The greenhouse effect increases the temperature of the Earth by trapping heat in our atmosphere. This keeps the temperature of the Earth higher than it would be if direct heating by the Sun was the only source of warming. When sunlight reaches the surface of the Earth, some of it is absorbed which warms the ground and some bounces back to space as heat. Greenhouse gases that are in the atmosphere absorb and then redirect some of this heat back towards the Earth.
To understand exactly how the greenhouse effect works, imagine the following: a warm, sunny day where the sun shines bright on the Earth. This sunlight (shortwave radiation) passes into the planet's atmosphere and warms the Earth. Part of this energy is absorbed by the Earth's surface, transformed into heat (longwave radiation) and radiated back towards space. But as this heat goes up through the atmosphere, some of it is trapped by the different greenhouse gases and doesn't escape into space. This in turn warms up the Earth's atmosphere; just like the windows of a greenhouse that lets light in and keeps the heat within to warm the plants growing inside.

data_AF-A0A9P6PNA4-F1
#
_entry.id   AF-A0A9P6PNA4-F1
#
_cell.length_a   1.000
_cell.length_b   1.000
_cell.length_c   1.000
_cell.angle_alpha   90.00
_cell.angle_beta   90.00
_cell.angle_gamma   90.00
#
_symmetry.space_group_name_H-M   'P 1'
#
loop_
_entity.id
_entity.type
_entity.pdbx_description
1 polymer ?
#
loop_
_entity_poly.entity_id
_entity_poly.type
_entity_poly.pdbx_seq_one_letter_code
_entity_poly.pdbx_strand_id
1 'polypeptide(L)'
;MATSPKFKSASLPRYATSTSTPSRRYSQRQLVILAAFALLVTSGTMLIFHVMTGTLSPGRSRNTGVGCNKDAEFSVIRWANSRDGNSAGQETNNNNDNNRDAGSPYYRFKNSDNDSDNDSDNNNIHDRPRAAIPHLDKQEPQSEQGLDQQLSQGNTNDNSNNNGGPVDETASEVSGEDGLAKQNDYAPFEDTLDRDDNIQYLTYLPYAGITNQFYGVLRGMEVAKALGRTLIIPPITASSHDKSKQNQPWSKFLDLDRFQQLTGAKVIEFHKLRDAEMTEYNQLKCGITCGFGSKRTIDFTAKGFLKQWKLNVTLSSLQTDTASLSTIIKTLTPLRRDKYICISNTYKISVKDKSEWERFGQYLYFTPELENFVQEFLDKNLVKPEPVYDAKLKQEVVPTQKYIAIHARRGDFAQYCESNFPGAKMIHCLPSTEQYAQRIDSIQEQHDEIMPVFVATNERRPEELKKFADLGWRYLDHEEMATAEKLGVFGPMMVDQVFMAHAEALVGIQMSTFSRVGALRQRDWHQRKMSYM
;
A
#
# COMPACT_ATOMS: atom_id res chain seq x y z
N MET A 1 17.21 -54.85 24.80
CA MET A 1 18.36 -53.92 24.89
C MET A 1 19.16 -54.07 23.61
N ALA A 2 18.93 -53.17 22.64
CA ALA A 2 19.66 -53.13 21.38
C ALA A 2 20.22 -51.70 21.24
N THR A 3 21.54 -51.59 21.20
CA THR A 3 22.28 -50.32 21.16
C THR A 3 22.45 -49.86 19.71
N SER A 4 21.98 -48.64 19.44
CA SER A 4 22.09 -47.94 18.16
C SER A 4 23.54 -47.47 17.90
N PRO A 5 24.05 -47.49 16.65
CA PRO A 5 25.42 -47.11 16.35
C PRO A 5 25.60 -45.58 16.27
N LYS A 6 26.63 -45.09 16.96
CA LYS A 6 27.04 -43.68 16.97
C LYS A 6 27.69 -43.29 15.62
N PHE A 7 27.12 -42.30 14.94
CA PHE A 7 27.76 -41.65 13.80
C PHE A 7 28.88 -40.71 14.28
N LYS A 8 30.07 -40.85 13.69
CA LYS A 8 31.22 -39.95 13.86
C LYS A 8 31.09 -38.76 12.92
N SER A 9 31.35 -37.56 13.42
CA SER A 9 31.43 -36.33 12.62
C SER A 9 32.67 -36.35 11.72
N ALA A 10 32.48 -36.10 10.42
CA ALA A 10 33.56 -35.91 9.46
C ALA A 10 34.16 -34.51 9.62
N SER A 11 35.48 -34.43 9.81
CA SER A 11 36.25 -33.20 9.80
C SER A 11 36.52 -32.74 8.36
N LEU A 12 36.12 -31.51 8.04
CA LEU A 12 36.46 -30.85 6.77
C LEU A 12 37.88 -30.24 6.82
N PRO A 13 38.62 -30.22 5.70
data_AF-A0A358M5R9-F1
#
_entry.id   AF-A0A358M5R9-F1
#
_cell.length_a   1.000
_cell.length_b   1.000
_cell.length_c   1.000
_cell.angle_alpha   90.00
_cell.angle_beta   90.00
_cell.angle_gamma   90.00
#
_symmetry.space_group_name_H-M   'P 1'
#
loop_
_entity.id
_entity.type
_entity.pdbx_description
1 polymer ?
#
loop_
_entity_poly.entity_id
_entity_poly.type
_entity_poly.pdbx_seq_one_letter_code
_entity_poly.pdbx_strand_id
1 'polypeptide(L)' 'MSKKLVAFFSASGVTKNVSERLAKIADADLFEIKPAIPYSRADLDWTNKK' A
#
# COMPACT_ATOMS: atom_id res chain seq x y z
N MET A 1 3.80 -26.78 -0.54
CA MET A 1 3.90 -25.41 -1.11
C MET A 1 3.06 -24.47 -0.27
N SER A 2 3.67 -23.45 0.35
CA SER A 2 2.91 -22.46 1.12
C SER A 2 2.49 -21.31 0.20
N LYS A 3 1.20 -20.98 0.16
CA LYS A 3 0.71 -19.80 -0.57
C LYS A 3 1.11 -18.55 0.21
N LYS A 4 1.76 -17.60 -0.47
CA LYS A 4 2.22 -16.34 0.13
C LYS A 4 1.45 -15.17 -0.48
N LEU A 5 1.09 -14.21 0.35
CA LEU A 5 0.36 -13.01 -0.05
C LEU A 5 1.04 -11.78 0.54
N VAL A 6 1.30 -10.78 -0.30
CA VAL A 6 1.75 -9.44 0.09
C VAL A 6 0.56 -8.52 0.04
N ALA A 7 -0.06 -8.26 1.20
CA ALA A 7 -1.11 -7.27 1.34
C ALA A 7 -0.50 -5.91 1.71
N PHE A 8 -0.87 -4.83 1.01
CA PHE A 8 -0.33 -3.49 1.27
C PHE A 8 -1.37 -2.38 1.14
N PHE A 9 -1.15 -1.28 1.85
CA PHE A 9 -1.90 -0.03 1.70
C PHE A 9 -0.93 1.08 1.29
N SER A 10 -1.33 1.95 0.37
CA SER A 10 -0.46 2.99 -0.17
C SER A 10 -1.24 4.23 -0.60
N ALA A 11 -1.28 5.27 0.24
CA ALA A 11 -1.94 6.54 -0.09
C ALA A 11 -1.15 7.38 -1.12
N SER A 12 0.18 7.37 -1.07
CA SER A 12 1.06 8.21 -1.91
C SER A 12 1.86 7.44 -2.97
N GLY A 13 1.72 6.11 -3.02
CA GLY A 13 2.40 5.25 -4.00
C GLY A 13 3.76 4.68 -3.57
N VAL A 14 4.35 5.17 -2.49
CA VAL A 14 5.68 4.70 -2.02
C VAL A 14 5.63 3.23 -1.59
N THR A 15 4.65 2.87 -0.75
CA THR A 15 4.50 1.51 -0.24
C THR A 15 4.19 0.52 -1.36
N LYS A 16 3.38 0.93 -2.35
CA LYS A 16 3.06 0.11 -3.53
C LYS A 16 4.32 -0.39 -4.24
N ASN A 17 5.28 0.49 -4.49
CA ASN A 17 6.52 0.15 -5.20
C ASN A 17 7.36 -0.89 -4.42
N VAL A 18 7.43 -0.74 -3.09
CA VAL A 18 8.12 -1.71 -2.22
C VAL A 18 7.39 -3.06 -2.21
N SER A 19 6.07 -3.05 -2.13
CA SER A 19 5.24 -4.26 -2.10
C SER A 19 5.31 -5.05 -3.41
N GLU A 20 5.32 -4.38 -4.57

Since some of the heat can't escape into space, it continues to add up which then warms up the Earth. This is what we call the greenhouse effect. So the more greenhouse gases you have in the atmosphere, the more heat stays on Earth.
If the amount of energy from the sun and the amount of greenhouse gases in the atmosphere remain the same, then the average temperature on Earth will also be constant. But this is no longer the case. The amount of greenhouse gases in our atmosphere is the highest it has been in the last 3 million years. This is enhancing the greenhouse effect and making the Earth warmer than normal, which is affecting the planet's weather patterns, creating global warming and climate change.
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